Concerns about the impact ride-hailing services are having on urban congestion and emissions are growing, so it’s not too surprising that Lyft has a new option to take on one of those issues.

The San Francisco-based company launched “Green Mode,” starting in Seattle, to let people who are concerned with tailpipe pollution request rides in electric vehicles or hybrids instead of gasoline-only models. To encourage more of its drivers to use such vehicles, Lyft is also offering rentals of Chevrolet Bolt EVs through its Express Drive program with free charging for the time being, COO Jon McNeill told Forbes.

The program will expand to California and other markets, but “it was number one on the mind of Seattle drivers and riders,” surveyed about new service options they wanted, he said. “Also because we felt like we could with the charging infrastructure within Seattle, it could be a really fun place to prove out our vision.”

The move is a chance for Lyft to experiment with ways to get more zero-emission vehicles in use ahead of a new California law that will soon require it, Uber and all major ride-hailing companies to do so. Dubbed Electrify California Ride-hailing, the rule kicks in from the early 2020s with ever larger annual targets for percentage of zero-emission vehicles used on ride-hailing platforms.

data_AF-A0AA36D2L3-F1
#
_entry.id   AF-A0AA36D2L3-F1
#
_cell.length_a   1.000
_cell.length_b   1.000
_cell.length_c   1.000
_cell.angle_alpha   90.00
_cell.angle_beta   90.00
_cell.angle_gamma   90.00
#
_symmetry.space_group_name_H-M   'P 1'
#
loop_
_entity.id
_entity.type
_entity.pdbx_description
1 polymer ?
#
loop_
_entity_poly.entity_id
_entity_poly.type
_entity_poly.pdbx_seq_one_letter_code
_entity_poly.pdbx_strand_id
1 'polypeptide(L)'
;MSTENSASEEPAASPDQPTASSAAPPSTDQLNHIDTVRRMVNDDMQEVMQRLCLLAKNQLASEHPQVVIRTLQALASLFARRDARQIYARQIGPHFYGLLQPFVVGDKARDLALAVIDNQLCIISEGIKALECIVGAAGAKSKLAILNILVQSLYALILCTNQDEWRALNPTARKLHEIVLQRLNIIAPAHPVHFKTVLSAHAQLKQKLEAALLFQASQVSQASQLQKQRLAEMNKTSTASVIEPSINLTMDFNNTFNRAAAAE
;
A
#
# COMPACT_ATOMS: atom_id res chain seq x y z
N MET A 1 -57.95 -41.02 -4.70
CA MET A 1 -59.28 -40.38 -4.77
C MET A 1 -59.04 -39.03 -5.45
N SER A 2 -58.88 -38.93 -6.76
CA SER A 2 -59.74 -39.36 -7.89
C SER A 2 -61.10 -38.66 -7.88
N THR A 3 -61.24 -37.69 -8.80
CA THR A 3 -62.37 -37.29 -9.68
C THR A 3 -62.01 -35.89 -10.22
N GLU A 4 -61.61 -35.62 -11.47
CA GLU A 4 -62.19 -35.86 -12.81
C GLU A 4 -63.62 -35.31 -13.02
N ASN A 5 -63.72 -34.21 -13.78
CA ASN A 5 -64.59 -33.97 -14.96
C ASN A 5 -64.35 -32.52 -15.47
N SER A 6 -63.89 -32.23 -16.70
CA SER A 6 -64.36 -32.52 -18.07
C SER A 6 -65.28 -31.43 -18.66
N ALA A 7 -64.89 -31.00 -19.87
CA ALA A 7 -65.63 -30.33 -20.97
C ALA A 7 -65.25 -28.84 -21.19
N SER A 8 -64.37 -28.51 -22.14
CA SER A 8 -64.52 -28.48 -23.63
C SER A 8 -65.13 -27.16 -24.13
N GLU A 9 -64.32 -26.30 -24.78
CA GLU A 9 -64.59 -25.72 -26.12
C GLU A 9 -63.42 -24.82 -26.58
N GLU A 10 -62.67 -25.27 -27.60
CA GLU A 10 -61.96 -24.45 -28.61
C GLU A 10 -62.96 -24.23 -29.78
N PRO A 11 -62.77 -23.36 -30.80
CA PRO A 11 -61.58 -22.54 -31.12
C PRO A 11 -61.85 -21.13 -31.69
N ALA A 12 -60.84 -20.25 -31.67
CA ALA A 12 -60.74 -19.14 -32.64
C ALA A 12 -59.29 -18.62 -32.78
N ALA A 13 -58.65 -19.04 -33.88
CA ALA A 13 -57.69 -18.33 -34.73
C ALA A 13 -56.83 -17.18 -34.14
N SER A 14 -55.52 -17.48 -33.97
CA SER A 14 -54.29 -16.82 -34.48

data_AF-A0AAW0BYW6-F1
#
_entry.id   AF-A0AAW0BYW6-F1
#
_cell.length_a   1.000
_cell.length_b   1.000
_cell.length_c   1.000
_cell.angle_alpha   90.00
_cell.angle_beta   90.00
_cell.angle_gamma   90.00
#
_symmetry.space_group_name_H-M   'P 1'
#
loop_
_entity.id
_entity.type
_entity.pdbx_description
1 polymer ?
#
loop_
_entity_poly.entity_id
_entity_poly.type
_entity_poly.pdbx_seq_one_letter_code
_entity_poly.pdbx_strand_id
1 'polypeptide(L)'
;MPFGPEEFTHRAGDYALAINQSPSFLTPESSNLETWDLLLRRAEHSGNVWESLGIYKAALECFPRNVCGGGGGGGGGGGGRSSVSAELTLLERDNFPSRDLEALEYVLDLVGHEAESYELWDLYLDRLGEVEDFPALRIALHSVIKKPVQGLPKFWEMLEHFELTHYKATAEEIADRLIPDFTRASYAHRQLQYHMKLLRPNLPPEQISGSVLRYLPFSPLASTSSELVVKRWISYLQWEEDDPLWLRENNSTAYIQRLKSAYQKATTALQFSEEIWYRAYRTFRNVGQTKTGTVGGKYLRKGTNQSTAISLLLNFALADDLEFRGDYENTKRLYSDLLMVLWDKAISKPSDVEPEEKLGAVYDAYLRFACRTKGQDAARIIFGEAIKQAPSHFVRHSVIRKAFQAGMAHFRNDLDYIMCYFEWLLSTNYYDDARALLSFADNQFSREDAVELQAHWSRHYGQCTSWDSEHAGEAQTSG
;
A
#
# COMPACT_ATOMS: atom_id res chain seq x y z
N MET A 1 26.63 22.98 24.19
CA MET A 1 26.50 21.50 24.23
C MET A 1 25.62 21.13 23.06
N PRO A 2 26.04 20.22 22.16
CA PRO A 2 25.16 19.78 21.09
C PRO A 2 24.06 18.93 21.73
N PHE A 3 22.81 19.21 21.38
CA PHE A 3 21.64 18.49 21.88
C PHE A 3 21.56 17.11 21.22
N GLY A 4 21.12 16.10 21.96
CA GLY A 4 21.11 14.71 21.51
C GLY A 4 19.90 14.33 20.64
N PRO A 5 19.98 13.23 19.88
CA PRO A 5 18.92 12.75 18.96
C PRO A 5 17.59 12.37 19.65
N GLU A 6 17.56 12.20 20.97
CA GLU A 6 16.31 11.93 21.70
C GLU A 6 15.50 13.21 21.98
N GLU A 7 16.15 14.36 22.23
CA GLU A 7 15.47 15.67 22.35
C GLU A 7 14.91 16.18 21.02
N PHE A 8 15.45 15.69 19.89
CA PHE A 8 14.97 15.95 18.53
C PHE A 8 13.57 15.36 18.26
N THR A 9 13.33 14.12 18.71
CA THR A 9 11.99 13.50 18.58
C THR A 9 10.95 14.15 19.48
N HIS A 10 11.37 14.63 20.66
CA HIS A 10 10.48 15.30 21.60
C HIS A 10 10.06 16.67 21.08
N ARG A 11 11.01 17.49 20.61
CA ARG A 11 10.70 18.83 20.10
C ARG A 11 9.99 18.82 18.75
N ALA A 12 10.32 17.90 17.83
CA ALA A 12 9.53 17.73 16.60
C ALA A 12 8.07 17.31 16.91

Since Lyft doesn’t own the vehicles used on its platform, it has to find incentives for drivers to use them since they cost more. That’s why it’s trying the free fuel option.

“Drivers’ biggest costs are fuel and maintenance, so at the outset an EV costs half as much to travel the same distance” as a gasoline car, McNeill said. “Cars that are rented through Express drive receive unlimited free charging.”

Green Mode rides also won’t cost more for riders, Lyft said.

In Los Angeles, where automotive emissions are among the highest in the U.S., the popularity of Lyft and Uber appear to be an added source of carbon pollution, according to a recent report by UCLA’s Daily Bruin. A study by the newspaper determined there are 11,000 short-distance Uber and Lyft rides around the West Los Angeles campus every week.

Those brief trips produce a large amount of tailpipe and carbon emissions and worsen L.A.’s air quality, the report said, citing Yifang Zhu, associate director of the Center for Clean Air and an environmental health sciences professor at UCLA.

Lyft, which expressed some hesitancy to the California EV rules last year, is now fully supportive of the goal, McNeill said.

“We too want to see EVs populate across our entire fleet.”


Originally published by Alan Ohnsmain in Forbes at…